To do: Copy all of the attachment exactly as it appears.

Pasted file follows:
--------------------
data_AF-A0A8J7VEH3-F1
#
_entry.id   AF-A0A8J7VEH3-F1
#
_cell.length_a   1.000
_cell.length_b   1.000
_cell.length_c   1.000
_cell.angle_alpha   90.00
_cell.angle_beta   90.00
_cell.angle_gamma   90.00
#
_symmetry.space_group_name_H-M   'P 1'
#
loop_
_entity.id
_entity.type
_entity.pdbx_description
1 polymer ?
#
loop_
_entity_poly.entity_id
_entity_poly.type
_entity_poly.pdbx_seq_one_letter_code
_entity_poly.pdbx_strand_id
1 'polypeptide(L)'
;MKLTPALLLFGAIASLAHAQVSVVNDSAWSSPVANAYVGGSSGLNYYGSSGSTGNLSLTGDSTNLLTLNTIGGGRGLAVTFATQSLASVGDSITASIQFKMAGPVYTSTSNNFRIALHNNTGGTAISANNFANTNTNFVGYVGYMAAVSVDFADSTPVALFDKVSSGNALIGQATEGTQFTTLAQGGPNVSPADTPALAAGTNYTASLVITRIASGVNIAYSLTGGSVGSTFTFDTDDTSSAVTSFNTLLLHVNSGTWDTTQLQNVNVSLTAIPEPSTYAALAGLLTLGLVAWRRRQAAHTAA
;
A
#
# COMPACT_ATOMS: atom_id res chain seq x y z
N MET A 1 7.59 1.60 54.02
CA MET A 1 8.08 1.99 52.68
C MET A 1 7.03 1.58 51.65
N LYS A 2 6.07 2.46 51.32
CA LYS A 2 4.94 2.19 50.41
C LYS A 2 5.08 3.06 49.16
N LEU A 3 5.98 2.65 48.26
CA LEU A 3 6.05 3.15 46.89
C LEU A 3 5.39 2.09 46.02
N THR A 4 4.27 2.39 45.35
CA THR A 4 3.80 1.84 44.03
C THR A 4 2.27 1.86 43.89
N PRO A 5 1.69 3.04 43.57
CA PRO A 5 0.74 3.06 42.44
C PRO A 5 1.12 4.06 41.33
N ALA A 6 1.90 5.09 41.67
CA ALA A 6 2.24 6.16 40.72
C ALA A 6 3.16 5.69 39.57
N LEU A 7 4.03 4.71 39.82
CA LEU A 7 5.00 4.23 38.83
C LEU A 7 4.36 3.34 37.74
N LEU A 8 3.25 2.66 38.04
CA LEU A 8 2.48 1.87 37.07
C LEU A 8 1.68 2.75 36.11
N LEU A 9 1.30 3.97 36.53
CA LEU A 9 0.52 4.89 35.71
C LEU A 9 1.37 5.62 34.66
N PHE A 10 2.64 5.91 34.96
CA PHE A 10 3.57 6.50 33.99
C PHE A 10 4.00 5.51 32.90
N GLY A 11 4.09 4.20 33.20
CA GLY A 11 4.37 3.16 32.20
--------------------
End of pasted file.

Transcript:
data_AF-A0A8J7VEH3-F1
#
_entry.id   AF-A0A8J7VEH3-F1
#
_cell.length_a   1.000
_cell.length_b   1.000
_cell.length_c   1.000
_cell.angle_alpha   90.00
_cell.angle_beta   90.00
_cell.angle_gamma   90.00
#
_symmetry.space_group_name_H-M   'P 1'
#
loop_
_entity.id
_entity.type
_entity.pdbx_description
1 polymer ?
#
loop_
_entity_poly.entity_id
_entity_poly.type
_entity_poly.pdbx_seq_one_letter_code
_entity_poly.pdbx_strand_id
1 'polypeptide(L)'
;MKLTPALLLFGAIASLAHAQVSVVNDSAWSSPVANAYVGGSSGLNYYGSSGSTGNLSLTGDSTNLLTLNTIGGGRGLAVTFATQSLASVGDSITASIQFKMAGPVYTSTSNNFRIALHNNTGGTAISANNFANTNTNFVGYVGYMAAVSVDFADSTPVALFDKVSSGNALIGQATEGTQFTTLAQGGPNVSPADTPALAAGTNYTASLVITRIASGVNIAYSLTGGSVGSTFTFDTDDTSSAVTSFNTLLLHVNSGTWDTTQLQNVNVSLTAIPEPSTYAALAGLLTLGLVAWRRRQAAHTAA
;
A
#
# COMPACT_ATOMS: atom_id res chain seq x y z
N MET A 1 7.59 1.60 54.02
CA MET A 1 8.08 1.99 52.68
C MET A 1 7.03 1.58 51.65
N LYS A 2 6.07 2.46 51.32
CA LYS A 2 4.94 2.19 50.41
C LYS A 2 5.08 3.06 49.16
N LEU A 3 5.98 2.65 48.26
CA LEU A 3 6.05 3.15 46.89
C LEU A 3 5.39 2.09 46.02
N THR A 4 4.27 2.39 45.35
CA THR A 4 3.80 1.84 44.03
C THR A 4 2.27 1.86 43.89
N PRO A 5 1.69 3.04 43.57
CA PRO A 5 0.74 3.06 42.44
C PRO A 5 1.12 4.06 41.33
N ALA A 6 1.90 5.09 41.67
CA ALA A 6 2.24 6.16 40.72
C ALA A 6 3.16 5.69 39.57
N LEU A 7 4.03 4.71 39.82
CA LEU A 7 5.00 4.23 38.83
C LEU A 7 4.36 3.34 37.74
N LEU A 8 3.25 2.66 38.04
CA LEU A 8 2.48 1.87 37.07
C LEU A 8 1.68 2.75 36.11
N LEU A 9 1.30 3.97 36.53
CA LEU A 9 0.52 4.89 35.71
C LEU A 9 1.37 5.62 34.66
N PHE A 10 2.64 5.91 34.96
CA PHE A 10 3.57 6.50 33.99
C PHE A 10 4.00 5.51 32.90
N GLY A 11 4.09 4.20 33.20
CA GLY A 11 4.37 3.16 32.20